Want to keep in touch?

Monday, 18 December 2017

Why a therapist is not just for Christmas!

As those who know me best will confirm, I've been 'involved' with dogs since my mid teens. Over the years I've competed, judged, taught and lived with quite a few.

A well known dog charity has a slogan about a dog being for life and not just for Christmas. So could the same be said about therapists?

I think that what the slogan means is that, despite what you see in Lady and the Tramp, dogs don’t generally make good presents (especially of the surprise variety) because the person who’s going to do all the work and have all the responsibility should really be involved at all stages. And that starts a long time before the dog actually arrives.

Most therapists say that clients need to be motivated, and take responsibility for creating change in their lives, the therapy is something that supports that. So the question arises, can you give therapy as a present?

If it’s a wonderful relaxing massage, aromatherapy, or even a hypnotherapy session aimed at general relaxation, the answer is probably yes, why not? But I'm not so sure about therapy to deal with specific issues.

My experience of being a 'present'

A long time ago, I worked in a therapy centre which issued gift vouchers. I was contacted one January by a lovely gent whose grown up children had bought him some for a 'quit smoking' session with me. The vouchers had arrived on Christmas morning completely unexpectedly, along with a heart-rending message begging him to quit because they didn’t want him to die.

That left me in a quandary. I generally vetted my 'quit smoking' clients to make sure they (a) actually wanted to quit and (b) were not expecting me to wave a kind of hypnotic magic wand.  The gift vouchers had been sold by a new assistant in the shop below the therapy rooms who'd not been properly briefed on my ways of working, and the first time I knew anything about it was when the client contacted me to make the appointment. He knew nothing about hypnosis, and hadn’t even thought about quitting before the vouchers arrived.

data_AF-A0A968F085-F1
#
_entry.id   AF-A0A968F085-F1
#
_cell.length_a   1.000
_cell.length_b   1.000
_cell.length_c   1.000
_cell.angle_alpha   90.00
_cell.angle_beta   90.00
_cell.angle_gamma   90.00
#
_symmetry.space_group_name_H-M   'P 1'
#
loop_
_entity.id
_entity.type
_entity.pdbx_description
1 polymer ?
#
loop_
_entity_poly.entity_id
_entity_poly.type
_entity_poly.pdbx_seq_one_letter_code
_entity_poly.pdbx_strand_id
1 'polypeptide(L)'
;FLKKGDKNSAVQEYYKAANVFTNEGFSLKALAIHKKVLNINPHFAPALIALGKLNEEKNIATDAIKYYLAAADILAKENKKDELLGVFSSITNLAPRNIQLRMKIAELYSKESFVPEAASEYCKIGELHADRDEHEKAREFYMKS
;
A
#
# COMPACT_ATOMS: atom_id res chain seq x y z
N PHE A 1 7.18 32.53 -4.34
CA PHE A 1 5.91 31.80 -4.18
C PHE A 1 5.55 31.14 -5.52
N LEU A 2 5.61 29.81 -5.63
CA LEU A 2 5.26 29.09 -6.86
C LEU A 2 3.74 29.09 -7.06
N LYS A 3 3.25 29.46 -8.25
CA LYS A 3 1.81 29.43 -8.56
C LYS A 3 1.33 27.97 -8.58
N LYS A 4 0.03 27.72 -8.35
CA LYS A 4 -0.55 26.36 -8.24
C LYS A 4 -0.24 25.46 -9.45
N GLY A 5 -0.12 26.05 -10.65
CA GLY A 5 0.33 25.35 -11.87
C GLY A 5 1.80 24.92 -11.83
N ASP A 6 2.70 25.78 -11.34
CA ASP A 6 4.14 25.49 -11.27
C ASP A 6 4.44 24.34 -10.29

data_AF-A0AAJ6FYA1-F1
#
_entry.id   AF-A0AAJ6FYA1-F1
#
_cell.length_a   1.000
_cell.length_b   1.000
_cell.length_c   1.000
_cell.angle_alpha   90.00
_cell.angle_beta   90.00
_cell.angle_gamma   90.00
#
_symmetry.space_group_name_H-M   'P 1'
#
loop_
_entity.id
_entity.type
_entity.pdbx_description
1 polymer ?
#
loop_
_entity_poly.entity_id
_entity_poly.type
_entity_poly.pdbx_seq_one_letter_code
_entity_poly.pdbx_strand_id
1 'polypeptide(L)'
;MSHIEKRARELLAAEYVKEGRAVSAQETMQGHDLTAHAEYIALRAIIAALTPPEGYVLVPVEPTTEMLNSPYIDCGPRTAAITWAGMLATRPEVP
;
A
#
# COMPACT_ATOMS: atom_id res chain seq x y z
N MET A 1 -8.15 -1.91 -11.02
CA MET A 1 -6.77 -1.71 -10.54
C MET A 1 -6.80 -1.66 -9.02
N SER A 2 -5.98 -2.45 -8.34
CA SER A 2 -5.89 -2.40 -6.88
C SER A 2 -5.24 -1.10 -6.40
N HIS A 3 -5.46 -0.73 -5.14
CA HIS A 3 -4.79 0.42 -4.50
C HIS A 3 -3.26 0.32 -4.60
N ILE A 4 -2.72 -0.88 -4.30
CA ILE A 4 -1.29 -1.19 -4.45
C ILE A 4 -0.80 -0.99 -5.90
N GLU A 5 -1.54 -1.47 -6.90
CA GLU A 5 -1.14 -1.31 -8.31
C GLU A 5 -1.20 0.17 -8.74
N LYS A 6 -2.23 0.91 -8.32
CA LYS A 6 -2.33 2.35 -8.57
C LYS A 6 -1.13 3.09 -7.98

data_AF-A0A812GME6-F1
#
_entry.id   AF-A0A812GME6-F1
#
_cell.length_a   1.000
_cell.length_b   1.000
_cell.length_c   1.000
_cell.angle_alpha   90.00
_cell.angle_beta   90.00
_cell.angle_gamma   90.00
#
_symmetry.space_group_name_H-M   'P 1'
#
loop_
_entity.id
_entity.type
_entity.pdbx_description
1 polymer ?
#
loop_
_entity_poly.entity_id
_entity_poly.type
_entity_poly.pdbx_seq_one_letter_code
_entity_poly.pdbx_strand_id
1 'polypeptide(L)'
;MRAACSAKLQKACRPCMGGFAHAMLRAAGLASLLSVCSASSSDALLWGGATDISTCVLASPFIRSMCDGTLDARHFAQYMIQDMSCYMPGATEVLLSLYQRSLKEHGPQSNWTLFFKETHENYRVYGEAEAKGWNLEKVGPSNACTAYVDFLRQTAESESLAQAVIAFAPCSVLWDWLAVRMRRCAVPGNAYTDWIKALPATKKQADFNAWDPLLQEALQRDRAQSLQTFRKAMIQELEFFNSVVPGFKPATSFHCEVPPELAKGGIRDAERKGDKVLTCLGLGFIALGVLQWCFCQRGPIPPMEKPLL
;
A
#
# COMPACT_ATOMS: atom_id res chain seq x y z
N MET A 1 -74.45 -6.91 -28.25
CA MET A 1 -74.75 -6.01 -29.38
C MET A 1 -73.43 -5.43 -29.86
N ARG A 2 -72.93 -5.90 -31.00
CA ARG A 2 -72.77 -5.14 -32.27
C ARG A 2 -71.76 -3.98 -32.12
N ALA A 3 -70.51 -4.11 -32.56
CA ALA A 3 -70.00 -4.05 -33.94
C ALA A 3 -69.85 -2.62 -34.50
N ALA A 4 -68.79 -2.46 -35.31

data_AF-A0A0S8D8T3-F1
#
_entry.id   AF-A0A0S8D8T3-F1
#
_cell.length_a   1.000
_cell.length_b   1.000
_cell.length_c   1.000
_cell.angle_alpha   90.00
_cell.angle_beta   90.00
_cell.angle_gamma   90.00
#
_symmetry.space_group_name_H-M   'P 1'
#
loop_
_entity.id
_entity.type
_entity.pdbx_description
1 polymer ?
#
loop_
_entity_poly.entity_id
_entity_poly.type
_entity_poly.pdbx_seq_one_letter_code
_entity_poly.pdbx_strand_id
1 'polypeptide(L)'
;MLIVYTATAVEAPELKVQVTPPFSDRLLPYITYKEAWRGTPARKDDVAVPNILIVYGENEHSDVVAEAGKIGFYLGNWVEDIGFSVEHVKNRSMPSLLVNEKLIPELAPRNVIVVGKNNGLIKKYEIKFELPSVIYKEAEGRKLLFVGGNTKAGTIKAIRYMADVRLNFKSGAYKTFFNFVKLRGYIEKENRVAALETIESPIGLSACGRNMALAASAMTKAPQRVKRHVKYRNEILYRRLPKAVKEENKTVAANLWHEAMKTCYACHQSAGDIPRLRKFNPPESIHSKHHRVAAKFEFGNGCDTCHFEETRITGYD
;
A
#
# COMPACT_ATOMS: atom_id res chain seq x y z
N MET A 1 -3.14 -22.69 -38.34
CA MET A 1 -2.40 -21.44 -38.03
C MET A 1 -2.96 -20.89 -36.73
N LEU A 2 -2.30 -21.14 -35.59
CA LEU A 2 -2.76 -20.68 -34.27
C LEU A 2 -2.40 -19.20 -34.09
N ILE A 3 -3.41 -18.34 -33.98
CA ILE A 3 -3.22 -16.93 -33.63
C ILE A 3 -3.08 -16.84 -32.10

Like the Christmas puppies, I felt that if the person who was going to have to make the decisions and do all the work wasn't involved in the decision making process, however well intentioned the gift it maybe wasn't worth continuing.  

How I handled it

I explained my usual policies, and we had a long chat to decide whether hypnotherapy was the right way for him to go. I was quite ready to ask the shop to refund the vouchers, but it turned out that the message which came with them had been a real wake-up call. We went ahead with the appointment, and he quit successfully. His family, of course, were delighted.

The point of all this, of course, is that therapy is a support as you make changes, but can't impose them on you. Clients have to be committed to their goals. Furthermore, some advertising regulations (in particular for quit smoking services) say we have to state this clearly on our websites and brochures. But how far we take this, in terms of vetting clients, is pretty much up to us.

Do you vet your clients?

Would you ever take on a client who didn’t seem motivated?
Have you ever been a 'Christmas present' and how did that go for you?

Let me know in the comments box.

If you have enjoyed this article, please use the buttons on the grey bar (below the author details) to share it with others who might enjoy it too. Thank you.


Author: is an experienced hypnotherapist and hypnotherapy trainer. She is the author of Their Worlds, Your Words and has co-written the Hypnotherapy Handbook, both of which are available from Amazon.
Find out more about Debbie's services on
Yorkshire Hypnotherapy Training - multi accredited hypnotherapy practitioner training, taster days and foundation levels.
CPD Expert - accredited CPD courses (on line and workshops options), expert supervision

No comments:

Post a Comment